Criticism of Dick LeBeau misguided

November, 5, 2013
11/05/13
3:45
PM ET
PITTSBURGH -- So Dick LeBeau, who has forgotten more football than any armchair coach will ever know, suddenly belongs in the back of the classroom with a dunce cap on his head?

[+] EnlargeDick LeBeau
Matthew Emmons/USA TODAY SportsSteelers defensive coordinator Dick LeBeau has earned the right to stay as long as he wants.
Dick LeBeau, who presided over the No. 1 defense in total yards each of the last two seasons, has forgotten how to coach in the space of a year and needs to be ushered into retirement?

Please.

Steelers coach Mike Tomlin gave the appropriate response Tuesday when asked why he still has faith in LeBeau.

There was no need for the seventh-year to elaborate beyond, "Because he's Dick LeBeau."

Indeed, the man's body of work as a coach is astounding.

Since LeBeau returned as the team's defensive coordinator in 2004 the Steelers lead the NFL in a laundry list of defensive categories, including scoring, rushing and total yards.

He would be the first to admit that great players were the primary reason for such success -- from mammoth nose tackle Casey Hampton clogging the middle of the line to safety Troy Polamalu making plays all over the field and a succession of outside linebackers tormenting opposing quarterbacks.

LeBeau would also be the last to say what has become painfully obvious: Personnel, not schemes, are the biggest reason why the Steelers' defense has plummeted this season.

The Steelers simply have not been able to replace players like the aforementioned ones as well as others such as linebackers James Farrior and James Harrison, which is why their defense is middling at best right now.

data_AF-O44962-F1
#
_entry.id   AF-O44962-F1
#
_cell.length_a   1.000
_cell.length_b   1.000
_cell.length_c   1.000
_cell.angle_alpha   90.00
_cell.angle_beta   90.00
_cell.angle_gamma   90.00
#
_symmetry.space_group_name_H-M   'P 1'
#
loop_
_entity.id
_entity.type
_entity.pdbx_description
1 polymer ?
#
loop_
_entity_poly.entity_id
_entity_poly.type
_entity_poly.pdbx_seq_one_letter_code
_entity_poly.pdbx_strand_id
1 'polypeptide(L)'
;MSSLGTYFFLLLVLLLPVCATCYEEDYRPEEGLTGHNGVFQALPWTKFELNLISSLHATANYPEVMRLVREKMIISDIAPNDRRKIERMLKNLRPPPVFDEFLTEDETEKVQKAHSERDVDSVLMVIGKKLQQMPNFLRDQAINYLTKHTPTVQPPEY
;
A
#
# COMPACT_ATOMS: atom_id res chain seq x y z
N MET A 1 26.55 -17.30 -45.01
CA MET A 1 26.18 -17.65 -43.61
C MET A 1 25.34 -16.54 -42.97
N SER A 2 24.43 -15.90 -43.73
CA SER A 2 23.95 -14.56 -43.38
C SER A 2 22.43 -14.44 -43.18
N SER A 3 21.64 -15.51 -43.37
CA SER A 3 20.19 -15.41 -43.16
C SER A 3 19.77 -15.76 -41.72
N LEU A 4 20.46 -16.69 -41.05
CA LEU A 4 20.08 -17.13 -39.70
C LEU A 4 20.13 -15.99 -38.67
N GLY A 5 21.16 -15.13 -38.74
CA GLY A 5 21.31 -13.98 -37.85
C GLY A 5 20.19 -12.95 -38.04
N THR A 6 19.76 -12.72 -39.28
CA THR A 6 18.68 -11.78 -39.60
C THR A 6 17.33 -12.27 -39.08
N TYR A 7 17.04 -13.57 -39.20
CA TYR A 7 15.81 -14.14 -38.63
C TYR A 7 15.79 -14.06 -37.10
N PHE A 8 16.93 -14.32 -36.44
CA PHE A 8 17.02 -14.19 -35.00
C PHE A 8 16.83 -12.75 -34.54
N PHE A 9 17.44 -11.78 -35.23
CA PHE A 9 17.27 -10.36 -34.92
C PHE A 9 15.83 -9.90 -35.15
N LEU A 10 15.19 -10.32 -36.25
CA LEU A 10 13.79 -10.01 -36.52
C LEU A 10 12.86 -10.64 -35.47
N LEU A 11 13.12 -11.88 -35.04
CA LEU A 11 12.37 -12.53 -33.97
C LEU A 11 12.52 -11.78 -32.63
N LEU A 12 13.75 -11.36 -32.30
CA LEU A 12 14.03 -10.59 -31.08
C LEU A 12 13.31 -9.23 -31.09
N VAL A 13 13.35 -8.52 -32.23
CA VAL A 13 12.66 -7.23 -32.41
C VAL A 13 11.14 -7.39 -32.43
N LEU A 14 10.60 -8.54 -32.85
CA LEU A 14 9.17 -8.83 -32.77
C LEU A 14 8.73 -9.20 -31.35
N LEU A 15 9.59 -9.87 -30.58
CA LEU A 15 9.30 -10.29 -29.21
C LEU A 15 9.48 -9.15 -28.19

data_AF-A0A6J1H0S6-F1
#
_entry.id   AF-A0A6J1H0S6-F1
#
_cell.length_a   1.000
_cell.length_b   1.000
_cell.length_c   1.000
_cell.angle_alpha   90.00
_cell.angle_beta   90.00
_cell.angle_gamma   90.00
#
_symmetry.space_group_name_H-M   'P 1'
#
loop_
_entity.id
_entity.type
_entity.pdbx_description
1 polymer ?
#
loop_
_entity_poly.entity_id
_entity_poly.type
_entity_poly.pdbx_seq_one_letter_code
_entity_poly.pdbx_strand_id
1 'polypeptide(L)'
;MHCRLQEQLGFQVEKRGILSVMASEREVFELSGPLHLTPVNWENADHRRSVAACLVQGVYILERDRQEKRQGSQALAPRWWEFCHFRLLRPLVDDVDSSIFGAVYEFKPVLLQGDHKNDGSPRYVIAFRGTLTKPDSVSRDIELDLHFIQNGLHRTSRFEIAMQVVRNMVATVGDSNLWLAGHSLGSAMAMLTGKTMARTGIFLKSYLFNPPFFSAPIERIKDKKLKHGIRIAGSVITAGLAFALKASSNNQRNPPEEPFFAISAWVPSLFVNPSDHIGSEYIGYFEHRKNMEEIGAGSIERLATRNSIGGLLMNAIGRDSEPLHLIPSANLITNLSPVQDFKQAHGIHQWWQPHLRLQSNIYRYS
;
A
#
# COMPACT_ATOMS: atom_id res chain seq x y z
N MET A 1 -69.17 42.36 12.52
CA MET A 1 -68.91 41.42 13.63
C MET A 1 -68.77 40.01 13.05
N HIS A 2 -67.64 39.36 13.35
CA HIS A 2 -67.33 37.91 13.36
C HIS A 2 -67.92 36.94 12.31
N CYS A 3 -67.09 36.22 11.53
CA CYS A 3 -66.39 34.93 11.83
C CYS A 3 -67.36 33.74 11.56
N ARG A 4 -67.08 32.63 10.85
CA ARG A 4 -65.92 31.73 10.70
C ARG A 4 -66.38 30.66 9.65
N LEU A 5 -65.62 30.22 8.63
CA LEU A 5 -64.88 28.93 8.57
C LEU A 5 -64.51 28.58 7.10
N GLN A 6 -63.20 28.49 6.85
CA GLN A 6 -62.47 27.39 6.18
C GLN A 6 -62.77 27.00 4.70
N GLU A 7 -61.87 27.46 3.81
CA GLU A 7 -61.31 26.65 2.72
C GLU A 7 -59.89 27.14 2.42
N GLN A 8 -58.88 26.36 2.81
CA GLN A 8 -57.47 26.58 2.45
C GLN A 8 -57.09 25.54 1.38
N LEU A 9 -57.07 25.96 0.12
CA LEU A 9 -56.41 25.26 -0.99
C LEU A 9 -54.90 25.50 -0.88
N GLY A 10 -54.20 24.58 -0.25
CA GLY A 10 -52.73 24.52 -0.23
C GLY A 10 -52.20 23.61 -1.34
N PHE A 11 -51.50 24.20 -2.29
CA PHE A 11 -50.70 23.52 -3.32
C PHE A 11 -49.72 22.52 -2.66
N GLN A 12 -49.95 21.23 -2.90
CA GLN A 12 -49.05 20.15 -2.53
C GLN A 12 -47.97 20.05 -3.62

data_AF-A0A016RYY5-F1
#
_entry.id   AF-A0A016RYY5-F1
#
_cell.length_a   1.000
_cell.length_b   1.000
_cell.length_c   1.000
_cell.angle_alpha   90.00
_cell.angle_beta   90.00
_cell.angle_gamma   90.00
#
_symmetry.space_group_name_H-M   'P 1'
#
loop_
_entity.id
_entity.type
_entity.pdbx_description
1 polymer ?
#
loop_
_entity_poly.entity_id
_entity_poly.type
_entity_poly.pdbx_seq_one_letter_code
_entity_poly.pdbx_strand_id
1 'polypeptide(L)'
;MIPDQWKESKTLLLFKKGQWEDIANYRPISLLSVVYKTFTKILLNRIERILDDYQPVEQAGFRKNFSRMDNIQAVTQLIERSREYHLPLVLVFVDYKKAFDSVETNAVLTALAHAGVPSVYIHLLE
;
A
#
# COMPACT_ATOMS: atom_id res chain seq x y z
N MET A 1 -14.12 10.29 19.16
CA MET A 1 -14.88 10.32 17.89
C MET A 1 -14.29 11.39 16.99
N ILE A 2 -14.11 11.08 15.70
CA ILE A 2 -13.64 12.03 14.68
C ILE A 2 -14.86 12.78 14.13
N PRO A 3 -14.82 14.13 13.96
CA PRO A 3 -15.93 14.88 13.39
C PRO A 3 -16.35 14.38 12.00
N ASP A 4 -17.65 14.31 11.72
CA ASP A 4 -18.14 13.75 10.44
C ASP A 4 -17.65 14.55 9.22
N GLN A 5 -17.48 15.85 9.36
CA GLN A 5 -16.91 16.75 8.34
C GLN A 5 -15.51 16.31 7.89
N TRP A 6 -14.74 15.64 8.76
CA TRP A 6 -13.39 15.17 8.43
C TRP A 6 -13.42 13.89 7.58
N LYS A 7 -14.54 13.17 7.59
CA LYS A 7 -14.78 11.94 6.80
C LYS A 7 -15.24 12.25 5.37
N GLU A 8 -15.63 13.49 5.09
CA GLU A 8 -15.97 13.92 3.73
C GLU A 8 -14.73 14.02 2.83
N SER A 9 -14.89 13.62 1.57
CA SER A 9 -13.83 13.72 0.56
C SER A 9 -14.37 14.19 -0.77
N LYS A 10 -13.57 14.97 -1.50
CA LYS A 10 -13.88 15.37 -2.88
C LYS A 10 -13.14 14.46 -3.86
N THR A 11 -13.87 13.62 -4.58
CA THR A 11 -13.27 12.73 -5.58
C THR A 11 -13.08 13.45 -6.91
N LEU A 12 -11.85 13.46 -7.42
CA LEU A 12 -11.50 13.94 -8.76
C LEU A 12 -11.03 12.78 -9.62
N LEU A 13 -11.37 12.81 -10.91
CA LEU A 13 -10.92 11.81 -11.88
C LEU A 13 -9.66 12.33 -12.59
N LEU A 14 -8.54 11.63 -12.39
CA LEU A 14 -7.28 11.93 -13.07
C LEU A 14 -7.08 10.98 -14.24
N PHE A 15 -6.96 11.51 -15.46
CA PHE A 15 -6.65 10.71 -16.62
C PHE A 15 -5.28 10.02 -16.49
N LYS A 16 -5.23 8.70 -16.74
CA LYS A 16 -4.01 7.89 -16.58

The Steelers derived the sustained success they enjoyed from a simple formula: They always seemed to have an impact player ready to take over when another one left or retired, particularly on defense.

That assembly line has been in some disrepair, and it is fair to question how well the Steelers are drafting and developing young players.

But to scapegoat LeBeau for the Steelers' defensive woes is ludicrous.

Yes, he is 76, but the only proof of that can be found on his birth certificate. LeBeau looks like he is 20 years younger and still has the energy and passion needed to succeed at this level.

The ones who aren't questioning LeBeau are the those at Steelers' headquarters and, most importantly, the players in the locker room.

Their respect for him is hard to put into words, and, to a man, each would try to tackle an oncoming train for their beloved coach.

Who knows what LeBeau's plans are after this season or if the Steelers will bring him back despite Tomlin's retort on whether his faith in LeBeau has wavered.

But LeBeau has earned the right to return next season if he wants to, and not because of his body of work but because the man can still coach.

Scott Brown

ESPN Pittsburgh Steelers reporter

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